At Ottery St. Mary, he enjoyed taking tea at Lord Coleridge's house which was full of interesting portraits and other memorials of the Coleridges. In Lord Coleridge, who was a radical, the American reformer found a congenial spirit. For this was at the time of the South African war and although he ordinarily felt under bonds to keep silence, all of Colonel Higginson's sympathies were with the Boers. ‘Nothing,’ he wrote, ‘ever revives my innate republicanism better than coming to England.’

The next step was to Winchester, the capital of the ancient kingdom of Alfred the Great, ‘to what they call the “millenary” celebration (1000th anniversary of King Alfred's death), probably so called because they all go in finery and I am to represent Harvard, by President Eliot's appointment.’ [361]

A London letter thus described this event:—

I enjoyed greatly my trip to Winchester . . . a speech of my own was received most warmly by the English delegates and officials, and was more effusive than is my wont. It is hard not to be so here, for no one in America can appreciate the warmth and width of the feeling in England about the President's [McKinley] death. No European sovereign's death has ever called forth so much, they say-meetings and mourning, flags in all churches, on the streets, and in the smallest villages. . .

I did not know there was to be any speaking but the mayor came when lunch was half through and asked if I would respond for the delegates when he gave the toast, the only speech to be made; it was very sudden, but I did. It was most warmly received and people kept coming to me afterwards to thank me. I told them frankly that I was an anti-imperialist both at home and here and one of them said that this cleared the speech from all sound of flattery . . . .

Instead of the military part being the most showy as with us, the splendor was in the public officials, especially the mayors of a dozen cities who all wore costumes of rich furs, velvet, silk, and gold or jewelled necklaces. You cannot imagine anything odder than to see those plain and common men, often awkward or fat or thin, or stooping or spectacled become transformed to something wholly gorgeous in the robing room before my eyes. Then the academic men wore robes of black and purple or scarlet, I wearing the robes and scarlet hood of a Cambridge [362] (England) Ll.D., hired for 10/6 from a dealer in London.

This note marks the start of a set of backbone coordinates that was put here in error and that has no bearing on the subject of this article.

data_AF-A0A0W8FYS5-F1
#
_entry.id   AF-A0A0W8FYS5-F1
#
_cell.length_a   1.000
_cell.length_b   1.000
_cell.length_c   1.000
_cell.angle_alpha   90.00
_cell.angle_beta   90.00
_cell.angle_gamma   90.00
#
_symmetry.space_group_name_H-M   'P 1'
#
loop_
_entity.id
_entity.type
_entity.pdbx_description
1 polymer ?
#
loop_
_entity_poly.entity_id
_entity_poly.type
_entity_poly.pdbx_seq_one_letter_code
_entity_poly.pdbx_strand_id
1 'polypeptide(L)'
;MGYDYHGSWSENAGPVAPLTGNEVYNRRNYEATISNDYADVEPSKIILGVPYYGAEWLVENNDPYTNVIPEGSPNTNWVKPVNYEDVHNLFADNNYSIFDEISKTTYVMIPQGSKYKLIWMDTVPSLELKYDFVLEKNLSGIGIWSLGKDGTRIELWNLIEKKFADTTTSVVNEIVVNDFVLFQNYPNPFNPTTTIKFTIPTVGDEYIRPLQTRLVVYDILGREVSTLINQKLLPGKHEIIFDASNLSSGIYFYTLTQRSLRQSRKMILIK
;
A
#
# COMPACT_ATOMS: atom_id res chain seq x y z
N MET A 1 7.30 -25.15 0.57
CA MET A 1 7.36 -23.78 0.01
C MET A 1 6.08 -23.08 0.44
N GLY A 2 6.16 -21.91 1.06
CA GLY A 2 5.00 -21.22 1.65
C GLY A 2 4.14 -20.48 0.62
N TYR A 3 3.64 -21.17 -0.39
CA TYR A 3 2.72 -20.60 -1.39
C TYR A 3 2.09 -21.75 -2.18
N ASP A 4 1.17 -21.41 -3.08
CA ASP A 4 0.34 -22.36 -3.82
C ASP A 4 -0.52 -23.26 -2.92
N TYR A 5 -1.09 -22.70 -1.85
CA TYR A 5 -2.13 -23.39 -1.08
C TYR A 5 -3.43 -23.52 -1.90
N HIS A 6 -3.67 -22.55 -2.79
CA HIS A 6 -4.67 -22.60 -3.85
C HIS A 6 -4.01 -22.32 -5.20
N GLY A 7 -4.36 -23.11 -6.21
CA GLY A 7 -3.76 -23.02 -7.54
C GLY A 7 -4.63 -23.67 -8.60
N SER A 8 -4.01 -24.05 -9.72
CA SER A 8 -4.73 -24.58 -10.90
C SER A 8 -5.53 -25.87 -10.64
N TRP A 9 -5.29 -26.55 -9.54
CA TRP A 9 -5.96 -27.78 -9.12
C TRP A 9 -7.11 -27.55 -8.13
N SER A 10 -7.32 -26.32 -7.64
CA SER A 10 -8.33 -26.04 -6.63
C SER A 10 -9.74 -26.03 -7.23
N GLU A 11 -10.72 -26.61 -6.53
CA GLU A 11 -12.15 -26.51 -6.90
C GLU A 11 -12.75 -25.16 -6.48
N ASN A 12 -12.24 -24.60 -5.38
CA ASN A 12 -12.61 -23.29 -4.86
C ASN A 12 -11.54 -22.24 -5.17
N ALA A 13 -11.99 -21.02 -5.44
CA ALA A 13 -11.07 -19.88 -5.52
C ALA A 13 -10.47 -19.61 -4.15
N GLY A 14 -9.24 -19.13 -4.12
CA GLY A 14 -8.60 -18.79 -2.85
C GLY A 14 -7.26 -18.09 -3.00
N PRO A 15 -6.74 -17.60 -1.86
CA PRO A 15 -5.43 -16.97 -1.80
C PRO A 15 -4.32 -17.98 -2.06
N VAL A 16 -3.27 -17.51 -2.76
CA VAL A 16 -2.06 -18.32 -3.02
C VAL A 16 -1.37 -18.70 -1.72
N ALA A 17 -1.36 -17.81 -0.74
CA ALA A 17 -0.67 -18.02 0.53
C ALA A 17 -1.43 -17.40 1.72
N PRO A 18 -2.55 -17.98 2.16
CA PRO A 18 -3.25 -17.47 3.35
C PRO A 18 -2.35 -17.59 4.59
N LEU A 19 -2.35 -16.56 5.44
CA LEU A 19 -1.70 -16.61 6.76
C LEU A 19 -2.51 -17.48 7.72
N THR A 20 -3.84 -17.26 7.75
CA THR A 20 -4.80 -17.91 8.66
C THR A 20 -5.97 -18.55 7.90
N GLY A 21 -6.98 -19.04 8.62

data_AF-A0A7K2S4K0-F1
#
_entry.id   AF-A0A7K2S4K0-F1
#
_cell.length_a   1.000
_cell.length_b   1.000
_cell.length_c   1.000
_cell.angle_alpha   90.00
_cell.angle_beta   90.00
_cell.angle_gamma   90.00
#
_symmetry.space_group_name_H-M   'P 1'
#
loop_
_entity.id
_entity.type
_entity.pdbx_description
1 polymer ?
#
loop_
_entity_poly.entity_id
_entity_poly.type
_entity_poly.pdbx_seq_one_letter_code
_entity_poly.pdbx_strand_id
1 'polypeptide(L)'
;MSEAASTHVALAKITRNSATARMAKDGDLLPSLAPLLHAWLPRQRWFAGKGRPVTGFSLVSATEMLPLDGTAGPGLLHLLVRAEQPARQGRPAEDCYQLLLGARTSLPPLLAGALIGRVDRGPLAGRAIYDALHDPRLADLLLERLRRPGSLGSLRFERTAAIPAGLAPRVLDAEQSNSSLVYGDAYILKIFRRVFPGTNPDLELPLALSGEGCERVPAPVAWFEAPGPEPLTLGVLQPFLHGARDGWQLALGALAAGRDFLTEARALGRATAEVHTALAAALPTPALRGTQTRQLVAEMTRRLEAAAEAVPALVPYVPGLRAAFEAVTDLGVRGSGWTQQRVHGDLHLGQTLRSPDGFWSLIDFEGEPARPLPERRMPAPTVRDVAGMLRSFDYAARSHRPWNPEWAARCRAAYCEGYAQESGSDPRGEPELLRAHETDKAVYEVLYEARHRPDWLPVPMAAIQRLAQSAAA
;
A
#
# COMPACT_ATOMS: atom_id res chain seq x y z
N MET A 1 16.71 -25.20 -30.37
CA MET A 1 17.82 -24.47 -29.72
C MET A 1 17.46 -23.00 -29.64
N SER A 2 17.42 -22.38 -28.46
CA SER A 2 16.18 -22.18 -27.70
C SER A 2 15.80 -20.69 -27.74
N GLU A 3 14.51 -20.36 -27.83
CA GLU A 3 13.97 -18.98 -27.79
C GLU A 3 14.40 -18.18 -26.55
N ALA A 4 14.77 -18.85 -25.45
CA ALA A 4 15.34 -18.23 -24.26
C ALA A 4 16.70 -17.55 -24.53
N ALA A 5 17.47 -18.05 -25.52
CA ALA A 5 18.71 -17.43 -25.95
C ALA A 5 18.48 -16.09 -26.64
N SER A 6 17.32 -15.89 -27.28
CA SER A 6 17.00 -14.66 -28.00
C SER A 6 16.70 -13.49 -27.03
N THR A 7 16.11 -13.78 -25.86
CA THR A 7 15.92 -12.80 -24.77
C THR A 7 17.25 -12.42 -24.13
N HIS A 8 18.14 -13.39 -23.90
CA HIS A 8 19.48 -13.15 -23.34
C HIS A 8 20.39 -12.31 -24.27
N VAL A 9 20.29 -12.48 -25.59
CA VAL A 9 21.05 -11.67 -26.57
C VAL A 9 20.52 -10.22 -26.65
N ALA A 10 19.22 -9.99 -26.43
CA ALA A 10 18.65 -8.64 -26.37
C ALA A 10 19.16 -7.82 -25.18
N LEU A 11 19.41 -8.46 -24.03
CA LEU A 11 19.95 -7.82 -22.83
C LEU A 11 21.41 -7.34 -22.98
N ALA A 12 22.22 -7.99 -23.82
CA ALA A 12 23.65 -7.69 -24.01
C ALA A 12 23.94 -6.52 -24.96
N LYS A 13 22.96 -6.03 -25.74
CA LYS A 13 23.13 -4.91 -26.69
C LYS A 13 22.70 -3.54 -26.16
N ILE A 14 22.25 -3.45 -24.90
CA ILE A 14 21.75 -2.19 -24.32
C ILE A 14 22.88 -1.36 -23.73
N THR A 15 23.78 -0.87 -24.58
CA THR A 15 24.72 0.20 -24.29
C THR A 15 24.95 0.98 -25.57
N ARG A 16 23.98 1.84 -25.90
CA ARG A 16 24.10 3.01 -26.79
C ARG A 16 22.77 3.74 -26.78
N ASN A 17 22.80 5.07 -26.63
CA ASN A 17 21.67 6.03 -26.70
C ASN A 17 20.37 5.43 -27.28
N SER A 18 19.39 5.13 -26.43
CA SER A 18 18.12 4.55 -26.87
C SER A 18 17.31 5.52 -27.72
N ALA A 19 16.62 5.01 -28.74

Colonel Higginson's credentials, in the shape of a letter from Harvard University, commended him ‘as one whose experience as a teacher, soldier, author, and historian has fitted him to appreciate the character and services of the great king.’

Rev. Mr. Horder writes of this event:—

It was never my good fortune to hear the Colonel speak, but I met with fine and quite unbiassed testimony as to the charm of his public utterance in connection with the unveiling of the Alfred Statue at Winchester where he represented his old University of Harvard. A little time afterward I was visiting the Mayor of Winchester and describing the Alfred celebration, he said, “There was an American named Higginson who made quite the speech of the occasion,” and he added, “Rosebery and he were the speakers, and the rest were nowhere.”

This record of journeys would be incomplete without some account of two visits to the Southern States. In the winter of 1878, while Colonel Higginson's home was still in Newport, he revisited his old haunts at the South.

He wrote to his sister that their Virginia cousins ‘gave such interesting accounts of their war life, when the two sides alternately occupied Culpeper; and when either [garrison] left, they hurried to the camp for boxes of hard-bread or salt left behind. [363] They liked to have a garrison there, for they always lived better and the soldiers almost always behaved well. They were months without bread—living on potatoes, squashes and milk and sometimes even wild onions and garlic and boiled clover.’

‘It was so strange,’ he wrote from Florida,

to touch at Jacksonville as a quiet passenger, where I could once have burned the city with a word. However, greatness is always appreciated and a man came on board with a message for the steamboat Captain and insisted on delivering it to me. I have n't had such an honor since my little nephew took me (in uniform) for a policeman . . . . Colored church in evening with just such “shouting” as we used to have in my regiment—I feared it was all gone. Things are so little changed to the eye, it is almost incredible that fifteen years have passed.

‘I have been down to Jacksonville for the day,’ he wrote from Magnolia.